• Apply for a visa
  • Book the flight
  • Find an Airbnb
  • Rent a car
  • Plan your daily excursions

These are the things (tasks) that you need to do in order to go on your trip (goal).


🛑 Make sure you don't confuse tasks with deliverables! Tasks are actions that are completed to make up your project goal, while deliverables are quantifiable work.

2. Deliverables

Deliverables are the end-product or service of your tasks. In other words, it is what your client will receive at the end of the project.

Using our last example, if your task is finding an Airbnb, a deliverable would be the booking confirmation. You completed this task, and there is a quantifiable service or product. The completion of your tasks and the accumulation of your deliverables make up a finished creative project.


Your deliverables can also be “stacked,” meaning that one deliverable can have its own deliverables. For instance, if the project goal is to build a website, your deliverables might be a website wireframe and website mockup.

💡You can combine your schedule from your SOW and your deliverables to get a 360 view of your project.

3. Point of Contact

Another helpful element of a Scope of Work is point of contact. Who will complete each task? By including a person for each task and deliverable, everyone knows their role in the project, right from the start. This leaves little room for miscommunication and unfinished assignments.

⚠️ Helpful hint: To really complete a Scope of Work and tie your whole project together, you also need to complete a statement of work, which includes information about payment, terms, milestones, and schedules. To find out more about what needs to be included, read our guide to writing a statement of work.


How to avoid scope creep

Watch out for scope creep, the sneaky way a project transforms from one thing to another. Scope creep is defined as “adding features and functionality without addressing the effects on time, costs, and resources, or without customer approval” ( It can be the root cause of wasted money, low customer satisfaction, or unreached project goals.

Scope creep happens for a variety of reasons:

  • Unmanaged and undocumented collaboration between clients and team members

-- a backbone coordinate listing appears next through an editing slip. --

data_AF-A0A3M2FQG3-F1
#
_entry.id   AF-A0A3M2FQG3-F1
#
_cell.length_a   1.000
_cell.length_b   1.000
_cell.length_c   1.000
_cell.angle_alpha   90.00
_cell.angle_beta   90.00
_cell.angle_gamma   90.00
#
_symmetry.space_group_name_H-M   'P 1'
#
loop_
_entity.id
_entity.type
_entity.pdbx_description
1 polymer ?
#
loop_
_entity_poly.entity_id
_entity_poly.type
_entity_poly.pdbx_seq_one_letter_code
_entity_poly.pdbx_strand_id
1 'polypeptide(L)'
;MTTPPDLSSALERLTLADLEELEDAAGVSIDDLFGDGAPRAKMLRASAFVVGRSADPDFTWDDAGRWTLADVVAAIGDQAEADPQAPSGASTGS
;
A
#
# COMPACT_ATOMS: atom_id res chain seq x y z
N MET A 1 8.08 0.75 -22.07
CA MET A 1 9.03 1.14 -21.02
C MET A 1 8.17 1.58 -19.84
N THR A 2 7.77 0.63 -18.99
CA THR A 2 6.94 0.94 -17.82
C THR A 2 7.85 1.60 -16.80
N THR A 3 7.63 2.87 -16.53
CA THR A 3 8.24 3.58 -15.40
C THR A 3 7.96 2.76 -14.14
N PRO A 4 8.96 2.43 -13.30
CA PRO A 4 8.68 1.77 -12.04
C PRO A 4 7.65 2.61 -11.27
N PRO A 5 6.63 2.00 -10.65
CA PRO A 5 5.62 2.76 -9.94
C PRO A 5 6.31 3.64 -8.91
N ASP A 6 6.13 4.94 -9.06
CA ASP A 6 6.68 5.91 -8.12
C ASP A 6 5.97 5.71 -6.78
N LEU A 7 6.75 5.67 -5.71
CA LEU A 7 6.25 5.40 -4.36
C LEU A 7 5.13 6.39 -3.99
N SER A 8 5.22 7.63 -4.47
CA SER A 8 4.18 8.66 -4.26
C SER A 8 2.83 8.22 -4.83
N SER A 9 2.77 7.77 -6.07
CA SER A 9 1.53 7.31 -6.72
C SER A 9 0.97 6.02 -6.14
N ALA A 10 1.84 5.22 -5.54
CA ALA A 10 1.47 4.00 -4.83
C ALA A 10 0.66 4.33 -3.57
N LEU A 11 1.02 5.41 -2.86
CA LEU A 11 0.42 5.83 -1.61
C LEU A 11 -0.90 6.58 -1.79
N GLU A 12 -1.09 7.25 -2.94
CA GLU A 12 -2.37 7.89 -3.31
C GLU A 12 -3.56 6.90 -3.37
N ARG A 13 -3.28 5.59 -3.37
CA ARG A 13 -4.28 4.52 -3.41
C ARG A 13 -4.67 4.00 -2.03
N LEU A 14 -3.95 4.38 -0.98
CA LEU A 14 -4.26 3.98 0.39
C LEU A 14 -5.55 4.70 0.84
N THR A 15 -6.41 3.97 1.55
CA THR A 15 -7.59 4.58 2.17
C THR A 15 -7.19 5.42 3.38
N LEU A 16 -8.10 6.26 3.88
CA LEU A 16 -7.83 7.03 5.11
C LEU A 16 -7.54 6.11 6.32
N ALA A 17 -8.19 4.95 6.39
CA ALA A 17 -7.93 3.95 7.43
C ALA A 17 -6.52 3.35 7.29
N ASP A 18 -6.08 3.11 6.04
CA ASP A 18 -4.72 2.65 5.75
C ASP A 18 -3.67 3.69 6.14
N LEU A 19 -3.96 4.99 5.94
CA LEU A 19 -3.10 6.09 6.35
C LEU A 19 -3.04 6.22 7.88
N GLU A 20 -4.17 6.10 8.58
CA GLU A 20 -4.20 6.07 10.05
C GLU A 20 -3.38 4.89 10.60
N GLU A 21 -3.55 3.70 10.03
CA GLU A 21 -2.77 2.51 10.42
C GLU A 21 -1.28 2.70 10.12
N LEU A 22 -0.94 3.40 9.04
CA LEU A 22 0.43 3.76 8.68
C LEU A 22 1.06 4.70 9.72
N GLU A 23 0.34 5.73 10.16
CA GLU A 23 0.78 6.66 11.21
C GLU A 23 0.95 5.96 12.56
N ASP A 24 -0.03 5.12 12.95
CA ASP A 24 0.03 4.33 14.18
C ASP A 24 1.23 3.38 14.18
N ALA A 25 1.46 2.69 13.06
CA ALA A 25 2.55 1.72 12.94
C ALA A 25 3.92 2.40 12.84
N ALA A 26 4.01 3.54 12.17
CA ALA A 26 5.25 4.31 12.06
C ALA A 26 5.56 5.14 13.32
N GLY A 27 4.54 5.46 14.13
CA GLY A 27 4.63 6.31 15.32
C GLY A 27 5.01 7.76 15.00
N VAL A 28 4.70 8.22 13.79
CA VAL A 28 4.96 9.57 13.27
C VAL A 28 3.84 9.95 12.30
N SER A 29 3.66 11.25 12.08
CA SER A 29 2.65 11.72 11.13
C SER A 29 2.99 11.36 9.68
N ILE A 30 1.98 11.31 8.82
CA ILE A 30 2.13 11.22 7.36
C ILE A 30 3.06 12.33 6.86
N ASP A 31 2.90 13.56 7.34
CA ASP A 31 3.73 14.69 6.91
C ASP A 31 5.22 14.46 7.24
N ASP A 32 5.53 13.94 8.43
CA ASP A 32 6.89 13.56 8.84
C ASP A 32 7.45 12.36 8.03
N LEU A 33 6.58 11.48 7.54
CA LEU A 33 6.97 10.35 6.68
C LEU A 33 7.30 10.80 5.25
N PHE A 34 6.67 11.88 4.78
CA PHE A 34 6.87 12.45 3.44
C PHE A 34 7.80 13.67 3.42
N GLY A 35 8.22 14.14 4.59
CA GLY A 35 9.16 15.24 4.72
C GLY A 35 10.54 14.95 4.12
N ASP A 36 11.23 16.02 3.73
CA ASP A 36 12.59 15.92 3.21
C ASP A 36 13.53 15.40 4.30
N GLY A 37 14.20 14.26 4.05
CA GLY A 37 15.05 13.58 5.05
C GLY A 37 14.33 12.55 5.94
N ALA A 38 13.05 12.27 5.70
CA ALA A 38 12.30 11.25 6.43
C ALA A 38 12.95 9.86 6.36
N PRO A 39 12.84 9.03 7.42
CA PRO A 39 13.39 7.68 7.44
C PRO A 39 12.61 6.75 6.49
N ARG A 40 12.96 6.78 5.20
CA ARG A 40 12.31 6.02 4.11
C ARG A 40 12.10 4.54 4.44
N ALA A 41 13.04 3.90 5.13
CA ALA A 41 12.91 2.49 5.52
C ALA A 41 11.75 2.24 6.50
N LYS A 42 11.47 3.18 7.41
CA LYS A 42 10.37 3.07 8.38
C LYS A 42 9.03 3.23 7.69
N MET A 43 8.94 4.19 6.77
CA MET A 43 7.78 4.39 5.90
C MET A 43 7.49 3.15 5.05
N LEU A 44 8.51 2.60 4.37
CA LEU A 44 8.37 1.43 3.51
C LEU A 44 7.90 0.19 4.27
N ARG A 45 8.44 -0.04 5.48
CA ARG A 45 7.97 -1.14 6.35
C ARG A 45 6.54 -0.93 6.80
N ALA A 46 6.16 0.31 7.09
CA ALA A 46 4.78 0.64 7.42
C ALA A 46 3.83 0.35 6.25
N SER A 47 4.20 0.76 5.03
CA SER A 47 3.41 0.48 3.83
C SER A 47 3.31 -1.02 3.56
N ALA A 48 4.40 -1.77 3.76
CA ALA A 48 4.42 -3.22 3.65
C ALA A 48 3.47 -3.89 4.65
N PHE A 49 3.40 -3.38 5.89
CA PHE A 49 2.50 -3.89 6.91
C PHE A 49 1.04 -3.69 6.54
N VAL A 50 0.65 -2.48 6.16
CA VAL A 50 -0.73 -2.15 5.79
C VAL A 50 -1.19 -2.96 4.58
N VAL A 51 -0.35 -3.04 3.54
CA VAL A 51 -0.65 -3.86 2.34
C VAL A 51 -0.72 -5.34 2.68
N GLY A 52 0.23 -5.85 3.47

• Lack of a solid initial project scope
  • Uninvolved stakeholders
  • Poorly defined assignments and requirements
  • Unattainable or unrealistic tasks and deliverables
  • Overall poor communication and collaboration

While project changes are inevitable, there are a few ways to avoid scope creep.

1. Document everything

Keep a track record of your internal and external interactions, whether that’s through a phone call, an email, or a meeting. This may seem obvious, but if a stakeholder requests a change to a design or a feature, then you want to document that in your Scope of Work.

🍦Sweet tip: If you're using Collato, you can record meetings and phone calls (in person or online!) and use them to create a scope of work document in seconds.

2. Make a schedule

Create a schedule to show any requirements, assignments, or due dates that need to be fulfilled. You can always refer back to this schedule to make sure the project is on its way.

3. Get sign offs

Make sure your Scope of Work (and better yet, your statement of work) is signed off by all participating parties. If you notice a stakeholder asking for something more than what was agreed upon, then you can deny the task or create a new project that incorporates it.

That being said, it’s important to add a section within your Scope of Work called 'out of scope.’ You can add any small assignments or tasks to this section that don’t fit the initial agreement. You can then make a new project or write up a new contact with your client.


Scope of Work example

We used Collato to write a Scope of Work for Dots, a fictional social media app. Using our Scope of Work template, we created the following example Scope of Work for the sharing feature on Dots:


The sharing feature will allow users to share content with each other in real time. This will allow users to collaborate on projects, brainstorm ideas, and share knowledge.


The objective of the sharing feature is to improve collaboration and communication between users.

Resources Required

The following resources will be required to develop the sharing feature:

* Engineering resources

* QA resources

* UX/UI designers

* Marketing resources


The following stakeholders will be involved in the development of the sharing feature:

* Product managers

* Engineering managers

* QA managers

* UX/UI designers

* Marketing managers

Milestones & Timeline

The following milestones are planned for the development of the sharing feature:

* Q1 2023: Design and development of the sharing feature

* Q2 2023: Beta testing of the sharing feature

* Q3 2023: General availability of the sharing feature


The following tasks will be required to develop the sharing feature:

* Design the sharing feature

* Develop the sharing feature